I am very lucky to have worked across lots of different types of tech teams. I’ve worked with DevOPs teams, pure operations, IT and even with Product Development teams. But I came to tech by a strange route. My background is actually in organisational psychology, leadership and sociology.
I started working with tech teams originally as a Scrum Master who was very interested in Agile. I was leading very big scale digital change projects through organisational development and an organisational change. Thankfully I studied Applied Science at school so I could keep up and understand what they were trying to do. I was able to bridge the gap between the people part of the organisation and the tech part. I enjoy thoroughly working with teams that are trying to solve really difficult problems and that are working in a creative space.
This led me to the Bank of New Zealand where I worked for many years. It was great fun and they were recently voted the most innovative bank in Australasia. I was heavily involved in that when we started it so although it was a 150-year-old bank at the time, it was actually running it’s digital team as a start-up inside and it was very cool. That was when I started working with Agile and Lean and test-driven development and all that good stuff.
From there I moved and went to live in Sweden and Stockholm with Spotify, which for me was like going to church! Agile is in their DNA so that was very exciting. After 2 years I decided I wanted to go home and live in Ireland after 18 years away. When I left Ireland in the year 2000, all those tech giants weren’t here in Ireland and the tech scene didn’t really exist. So, when I returned I had a lot to choose from. Slack were definitely someone that spoke to me. I had used the tool myself every day since they had started and I am really passionate about communication and collaborations so that just seemed like the logical fit.
The other part was that it was a tiny team that barely existed in Dublin and the idea was that I needed to build a team and a presence and that’s what I have spent the past 2 years doing. When I started we were only 3 and now we are 11. For me, that is not enough and I want more. We had to kind of slow down some of the growth but I am really passionate about leading that team. One of the teams I have is 66% women which is amazing.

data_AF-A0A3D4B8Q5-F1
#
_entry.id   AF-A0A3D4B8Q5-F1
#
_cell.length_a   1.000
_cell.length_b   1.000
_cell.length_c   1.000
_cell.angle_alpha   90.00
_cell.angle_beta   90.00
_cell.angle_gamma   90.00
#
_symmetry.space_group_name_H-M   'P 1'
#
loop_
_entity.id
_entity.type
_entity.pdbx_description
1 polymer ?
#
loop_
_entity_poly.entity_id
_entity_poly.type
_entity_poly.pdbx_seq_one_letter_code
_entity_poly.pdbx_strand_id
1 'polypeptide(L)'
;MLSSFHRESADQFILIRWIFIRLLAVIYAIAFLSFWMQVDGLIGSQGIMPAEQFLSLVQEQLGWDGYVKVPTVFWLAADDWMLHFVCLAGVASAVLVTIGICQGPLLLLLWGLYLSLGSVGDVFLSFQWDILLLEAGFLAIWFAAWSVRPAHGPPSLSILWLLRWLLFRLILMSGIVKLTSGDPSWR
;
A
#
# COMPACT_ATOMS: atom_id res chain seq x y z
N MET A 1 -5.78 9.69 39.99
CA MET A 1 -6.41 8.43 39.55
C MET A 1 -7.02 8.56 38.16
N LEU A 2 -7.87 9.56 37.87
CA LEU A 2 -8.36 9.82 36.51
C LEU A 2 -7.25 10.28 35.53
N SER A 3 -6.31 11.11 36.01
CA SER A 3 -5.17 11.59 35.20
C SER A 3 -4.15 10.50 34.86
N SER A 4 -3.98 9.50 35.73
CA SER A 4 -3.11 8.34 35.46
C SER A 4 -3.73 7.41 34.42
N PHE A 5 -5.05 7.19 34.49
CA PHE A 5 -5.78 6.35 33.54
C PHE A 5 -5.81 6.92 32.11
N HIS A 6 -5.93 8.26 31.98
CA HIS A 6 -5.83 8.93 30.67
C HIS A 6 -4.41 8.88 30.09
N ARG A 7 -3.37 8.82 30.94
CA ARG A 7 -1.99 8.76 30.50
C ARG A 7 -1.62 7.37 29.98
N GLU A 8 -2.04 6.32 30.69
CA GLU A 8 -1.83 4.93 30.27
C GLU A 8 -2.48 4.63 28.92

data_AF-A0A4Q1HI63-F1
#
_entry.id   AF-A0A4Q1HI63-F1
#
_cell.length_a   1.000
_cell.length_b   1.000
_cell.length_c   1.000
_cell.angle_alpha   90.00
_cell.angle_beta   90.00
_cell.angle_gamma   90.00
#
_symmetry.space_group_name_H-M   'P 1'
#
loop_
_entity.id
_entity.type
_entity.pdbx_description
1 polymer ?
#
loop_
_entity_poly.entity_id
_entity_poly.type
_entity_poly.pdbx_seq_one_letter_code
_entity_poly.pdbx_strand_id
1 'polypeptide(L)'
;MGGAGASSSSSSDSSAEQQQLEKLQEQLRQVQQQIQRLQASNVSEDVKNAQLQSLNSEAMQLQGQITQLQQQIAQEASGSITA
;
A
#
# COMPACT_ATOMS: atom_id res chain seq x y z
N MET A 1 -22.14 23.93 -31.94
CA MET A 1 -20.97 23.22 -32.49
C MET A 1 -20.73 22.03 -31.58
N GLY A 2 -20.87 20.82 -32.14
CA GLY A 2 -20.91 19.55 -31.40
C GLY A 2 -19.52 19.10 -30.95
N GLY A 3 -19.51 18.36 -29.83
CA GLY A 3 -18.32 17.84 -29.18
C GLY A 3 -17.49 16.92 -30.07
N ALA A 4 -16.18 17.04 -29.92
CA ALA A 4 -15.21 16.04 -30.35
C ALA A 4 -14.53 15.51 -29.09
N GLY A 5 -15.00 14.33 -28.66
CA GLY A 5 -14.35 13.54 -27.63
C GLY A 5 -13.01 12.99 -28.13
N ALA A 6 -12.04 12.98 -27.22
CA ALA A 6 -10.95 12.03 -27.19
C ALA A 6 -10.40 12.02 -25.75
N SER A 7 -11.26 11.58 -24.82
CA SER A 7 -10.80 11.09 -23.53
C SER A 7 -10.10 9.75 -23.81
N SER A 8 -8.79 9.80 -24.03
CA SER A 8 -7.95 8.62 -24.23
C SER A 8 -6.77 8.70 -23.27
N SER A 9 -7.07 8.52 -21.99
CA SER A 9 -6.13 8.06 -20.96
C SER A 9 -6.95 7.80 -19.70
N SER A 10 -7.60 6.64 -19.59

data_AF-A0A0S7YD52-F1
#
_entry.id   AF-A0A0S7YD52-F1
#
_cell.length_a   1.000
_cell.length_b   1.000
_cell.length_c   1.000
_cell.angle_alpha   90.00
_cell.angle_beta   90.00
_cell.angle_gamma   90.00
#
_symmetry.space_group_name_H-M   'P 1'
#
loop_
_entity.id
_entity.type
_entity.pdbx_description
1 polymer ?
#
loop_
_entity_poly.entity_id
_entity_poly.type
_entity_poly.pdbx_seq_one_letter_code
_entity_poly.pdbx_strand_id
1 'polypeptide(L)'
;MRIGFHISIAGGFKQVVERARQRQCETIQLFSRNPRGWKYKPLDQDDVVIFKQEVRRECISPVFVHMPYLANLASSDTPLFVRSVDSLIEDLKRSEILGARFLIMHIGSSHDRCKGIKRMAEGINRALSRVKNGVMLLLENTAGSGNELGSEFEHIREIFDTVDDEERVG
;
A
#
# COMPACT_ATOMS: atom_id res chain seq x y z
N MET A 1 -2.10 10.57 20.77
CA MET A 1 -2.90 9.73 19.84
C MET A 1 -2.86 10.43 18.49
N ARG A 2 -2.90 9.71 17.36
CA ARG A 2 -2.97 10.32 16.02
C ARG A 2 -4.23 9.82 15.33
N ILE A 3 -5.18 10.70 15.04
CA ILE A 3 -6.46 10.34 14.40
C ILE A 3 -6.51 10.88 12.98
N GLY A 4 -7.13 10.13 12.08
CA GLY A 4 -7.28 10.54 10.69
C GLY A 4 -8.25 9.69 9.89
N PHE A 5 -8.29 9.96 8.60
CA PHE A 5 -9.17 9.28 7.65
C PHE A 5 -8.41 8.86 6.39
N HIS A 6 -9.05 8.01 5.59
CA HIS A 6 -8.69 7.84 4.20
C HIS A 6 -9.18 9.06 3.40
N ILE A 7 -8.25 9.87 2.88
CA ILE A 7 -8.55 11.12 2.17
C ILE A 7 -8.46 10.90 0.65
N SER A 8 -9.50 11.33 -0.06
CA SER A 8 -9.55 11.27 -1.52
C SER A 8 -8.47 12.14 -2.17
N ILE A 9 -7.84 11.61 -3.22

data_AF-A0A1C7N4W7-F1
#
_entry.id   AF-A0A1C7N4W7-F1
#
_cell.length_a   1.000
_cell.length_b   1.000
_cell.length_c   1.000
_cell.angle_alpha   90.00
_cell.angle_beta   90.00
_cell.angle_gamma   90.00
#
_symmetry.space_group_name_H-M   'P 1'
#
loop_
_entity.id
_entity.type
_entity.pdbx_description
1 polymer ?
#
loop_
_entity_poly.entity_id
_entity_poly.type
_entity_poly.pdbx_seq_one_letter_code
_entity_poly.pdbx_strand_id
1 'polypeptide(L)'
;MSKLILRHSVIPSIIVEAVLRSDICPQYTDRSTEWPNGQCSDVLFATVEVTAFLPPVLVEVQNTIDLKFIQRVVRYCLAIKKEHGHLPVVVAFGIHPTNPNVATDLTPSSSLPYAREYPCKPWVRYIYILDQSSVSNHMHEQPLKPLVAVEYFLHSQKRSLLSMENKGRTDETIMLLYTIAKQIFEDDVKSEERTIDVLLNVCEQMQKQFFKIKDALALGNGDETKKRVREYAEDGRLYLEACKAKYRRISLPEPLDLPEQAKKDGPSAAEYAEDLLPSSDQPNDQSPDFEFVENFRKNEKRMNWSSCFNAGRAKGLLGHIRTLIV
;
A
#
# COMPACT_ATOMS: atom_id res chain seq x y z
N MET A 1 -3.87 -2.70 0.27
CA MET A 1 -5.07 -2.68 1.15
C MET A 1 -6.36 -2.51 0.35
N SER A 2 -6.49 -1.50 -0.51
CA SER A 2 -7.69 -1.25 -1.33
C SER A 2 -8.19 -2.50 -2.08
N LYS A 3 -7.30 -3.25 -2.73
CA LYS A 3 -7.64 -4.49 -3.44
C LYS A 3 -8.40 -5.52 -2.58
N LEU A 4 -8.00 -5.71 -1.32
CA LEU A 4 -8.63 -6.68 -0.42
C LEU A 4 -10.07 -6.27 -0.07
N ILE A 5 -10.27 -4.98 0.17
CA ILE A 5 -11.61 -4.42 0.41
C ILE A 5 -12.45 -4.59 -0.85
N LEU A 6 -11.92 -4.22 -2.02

At Slack, creating an environment that’s diverse and open-minded is a big part of our hiring culture. What we have done, even when we have hired men, we make sure they really care about diversity and inclusion. We hire people that see the value of having all those voices and ensuring that we give space to all of those things.
As a woman and I believe I bringing those female strengths to the table. And with my background in organisational psychology, I understand people, and the human factors around the work we are doing. That’s definitely been a benefit for me as I haven’t had to let go of that feminine side of me. If you can even call that the feminine side but just someone who is advocating for the human story in the room.
We also have a member of the team who is non-verbal and she speaks through a text speech device. That makes us slow down our conversation which ensures that everyone has a voice, creating a really relaxed atmosphere in our team meetings. Everyone isn’t trying to talk over each other. It’s developed into this really lovely space. Everybody is super-inclusive which is really awesome.